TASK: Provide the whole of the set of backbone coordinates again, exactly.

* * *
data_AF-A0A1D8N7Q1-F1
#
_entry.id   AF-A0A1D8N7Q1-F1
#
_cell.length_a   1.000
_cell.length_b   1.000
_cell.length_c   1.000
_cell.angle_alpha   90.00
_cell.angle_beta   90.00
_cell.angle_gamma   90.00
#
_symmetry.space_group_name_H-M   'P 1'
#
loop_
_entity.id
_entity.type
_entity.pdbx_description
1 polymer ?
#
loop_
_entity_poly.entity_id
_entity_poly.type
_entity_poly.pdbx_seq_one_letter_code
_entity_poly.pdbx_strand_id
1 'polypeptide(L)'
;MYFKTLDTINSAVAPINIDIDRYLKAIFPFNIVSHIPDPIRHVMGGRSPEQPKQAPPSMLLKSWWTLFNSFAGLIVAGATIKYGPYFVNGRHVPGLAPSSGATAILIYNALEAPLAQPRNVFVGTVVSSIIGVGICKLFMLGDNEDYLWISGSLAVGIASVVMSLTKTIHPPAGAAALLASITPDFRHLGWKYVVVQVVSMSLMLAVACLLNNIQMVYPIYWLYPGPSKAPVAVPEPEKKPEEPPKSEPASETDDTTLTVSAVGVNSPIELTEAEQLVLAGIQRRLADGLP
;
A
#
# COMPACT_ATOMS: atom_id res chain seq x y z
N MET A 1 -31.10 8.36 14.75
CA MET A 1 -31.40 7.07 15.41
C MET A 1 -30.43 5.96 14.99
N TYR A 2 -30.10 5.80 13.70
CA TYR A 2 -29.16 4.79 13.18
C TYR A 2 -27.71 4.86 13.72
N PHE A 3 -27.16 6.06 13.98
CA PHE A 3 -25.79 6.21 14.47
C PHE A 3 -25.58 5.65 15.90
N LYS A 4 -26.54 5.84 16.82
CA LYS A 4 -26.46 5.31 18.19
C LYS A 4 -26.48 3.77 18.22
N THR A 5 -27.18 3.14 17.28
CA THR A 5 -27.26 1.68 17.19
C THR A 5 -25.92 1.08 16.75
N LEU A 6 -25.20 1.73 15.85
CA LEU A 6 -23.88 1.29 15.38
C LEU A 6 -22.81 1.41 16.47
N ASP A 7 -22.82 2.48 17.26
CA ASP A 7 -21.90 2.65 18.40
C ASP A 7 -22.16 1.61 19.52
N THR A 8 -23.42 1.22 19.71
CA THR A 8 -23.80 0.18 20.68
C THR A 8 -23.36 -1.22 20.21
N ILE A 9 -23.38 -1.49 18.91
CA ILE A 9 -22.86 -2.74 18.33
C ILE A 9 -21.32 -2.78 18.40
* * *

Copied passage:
data_AF-A0A1D8N7Q1-F1
#
_entry.id   AF-A0A1D8N7Q1-F1
#
_cell.length_a   1.000
_cell.length_b   1.000
_cell.length_c   1.000
_cell.angle_alpha   90.00
_cell.angle_beta   90.00
_cell.angle_gamma   90.00
#
_symmetry.space_group_name_H-M   'P 1'
#
loop_
_entity.id
_entity.type
_entity.pdbx_description
1 polymer ?
#
loop_
_entity_poly.entity_id
_entity_poly.type
_entity_poly.pdbx_seq_one_letter_code
_entity_poly.pdbx_strand_id
1 'polypeptide(L)'
;MYFKTLDTINSAVAPINIDIDRYLKAIFPFNIVSHIPDPIRHVMGGRSPEQPKQAPPSMLLKSWWTLFNSFAGLIVAGATIKYGPYFVNGRHVPGLAPSSGATAILIYNALEAPLAQPRNVFVGTVVSSIIGVGICKLFMLGDNEDYLWISGSLAVGIASVVMSLTKTIHPPAGAAALLASITPDFRHLGWKYVVVQVVSMSLMLAVACLLNNIQMVYPIYWLYPGPSKAPVAVPEPEKKPEEPPKSEPASETDDTTLTVSAVGVNSPIELTEAEQLVLAGIQRRLADGLP
;
A
#
# COMPACT_ATOMS: atom_id res chain seq x y z
N MET A 1 -31.10 8.36 14.75
CA MET A 1 -31.40 7.07 15.41
C MET A 1 -30.43 5.96 14.99
N TYR A 2 -30.10 5.80 13.70
CA TYR A 2 -29.16 4.79 13.18
C TYR A 2 -27.71 4.86 13.72
N PHE A 3 -27.16 6.06 13.98
CA PHE A 3 -25.79 6.21 14.47
C PHE A 3 -25.58 5.65 15.90
N LYS A 4 -26.54 5.84 16.82
CA LYS A 4 -26.46 5.31 18.19
C LYS A 4 -26.48 3.77 18.22
N THR A 5 -27.18 3.14 17.28
CA THR A 5 -27.26 1.68 17.19
C THR A 5 -25.92 1.08 16.75
N LEU A 6 -25.20 1.73 15.85
CA LEU A 6 -23.88 1.29 15.38
C LEU A 6 -22.81 1.41 16.47
N ASP A 7 -22.82 2.48 17.26
CA ASP A 7 -21.90 2.65 18.40
C ASP A 7 -22.16 1.61 19.52
N THR A 8 -23.42 1.22 19.71
CA THR A 8 -23.80 0.18 20.68
C THR A 8 -23.36 -1.22 20.21
N ILE A 9 -23.38 -1.49 18.91
CA ILE A 9 -22.86 -2.74 18.33
C ILE A 9 -21.32 -2.78 18.40